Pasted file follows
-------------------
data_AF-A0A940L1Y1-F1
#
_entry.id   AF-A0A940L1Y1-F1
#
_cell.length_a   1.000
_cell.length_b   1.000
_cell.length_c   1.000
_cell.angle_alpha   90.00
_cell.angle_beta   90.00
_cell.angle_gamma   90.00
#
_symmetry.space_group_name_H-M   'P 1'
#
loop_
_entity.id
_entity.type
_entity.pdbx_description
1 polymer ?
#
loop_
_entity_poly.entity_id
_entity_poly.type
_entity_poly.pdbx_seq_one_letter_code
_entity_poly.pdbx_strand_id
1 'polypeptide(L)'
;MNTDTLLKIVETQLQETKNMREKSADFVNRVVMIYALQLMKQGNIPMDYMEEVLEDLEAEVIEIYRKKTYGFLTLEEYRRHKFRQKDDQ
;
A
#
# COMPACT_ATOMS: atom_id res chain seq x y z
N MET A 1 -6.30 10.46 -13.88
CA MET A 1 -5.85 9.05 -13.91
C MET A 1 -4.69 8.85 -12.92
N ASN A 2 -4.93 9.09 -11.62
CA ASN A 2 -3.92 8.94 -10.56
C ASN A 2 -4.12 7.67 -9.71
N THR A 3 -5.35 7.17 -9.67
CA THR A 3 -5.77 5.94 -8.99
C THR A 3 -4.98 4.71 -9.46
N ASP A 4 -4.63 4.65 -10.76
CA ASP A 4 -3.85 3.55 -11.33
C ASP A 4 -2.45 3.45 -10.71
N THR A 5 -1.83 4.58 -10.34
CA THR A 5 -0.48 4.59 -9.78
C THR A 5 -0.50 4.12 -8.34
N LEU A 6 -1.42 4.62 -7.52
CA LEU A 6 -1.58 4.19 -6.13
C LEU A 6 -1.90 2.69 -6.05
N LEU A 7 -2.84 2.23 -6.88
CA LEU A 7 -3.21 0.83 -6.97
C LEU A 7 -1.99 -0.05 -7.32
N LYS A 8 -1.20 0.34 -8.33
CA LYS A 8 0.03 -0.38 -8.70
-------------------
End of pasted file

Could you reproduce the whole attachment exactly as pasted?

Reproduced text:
data_AF-A0A940L1Y1-F1
#
_entry.id   AF-A0A940L1Y1-F1
#
_cell.length_a   1.000
_cell.length_b   1.000
_cell.length_c   1.000
_cell.angle_alpha   90.00
_cell.angle_beta   90.00
_cell.angle_gamma   90.00
#
_symmetry.space_group_name_H-M   'P 1'
#
loop_
_entity.id
_entity.type
_entity.pdbx_description
1 polymer ?
#
loop_
_entity_poly.entity_id
_entity_poly.type
_entity_poly.pdbx_seq_one_letter_code
_entity_poly.pdbx_strand_id
1 'polypeptide(L)'
;MNTDTLLKIVETQLQETKNMREKSADFVNRVVMIYALQLMKQGNIPMDYMEEVLEDLEAEVIEIYRKKTYGFLTLEEYRRHKFRQKDDQ
;
A
#
# COMPACT_ATOMS: atom_id res chain seq x y z
N MET A 1 -6.30 10.46 -13.88
CA MET A 1 -5.85 9.05 -13.91
C MET A 1 -4.69 8.85 -12.92
N ASN A 2 -4.93 9.09 -11.62
CA ASN A 2 -3.92 8.94 -10.56
C ASN A 2 -4.12 7.67 -9.71
N THR A 3 -5.35 7.17 -9.67
CA THR A 3 -5.77 5.94 -8.99
C THR A 3 -4.98 4.71 -9.46
N ASP A 4 -4.63 4.65 -10.76
CA ASP A 4 -3.85 3.55 -11.33
C ASP A 4 -2.45 3.45 -10.71
N THR A 5 -1.83 4.58 -10.34
CA THR A 5 -0.48 4.59 -9.78
C THR A 5 -0.50 4.12 -8.34
N LEU A 6 -1.42 4.62 -7.52
CA LEU A 6 -1.58 4.19 -6.13
C LEU A 6 -1.90 2.69 -6.05
N LEU A 7 -2.84 2.23 -6.88
CA LEU A 7 -3.21 0.83 -6.97
C LEU A 7 -1.99 -0.05 -7.32
N LYS A 8 -1.20 0.34 -8.33
CA LYS A 8 0.03 -0.38 -8.70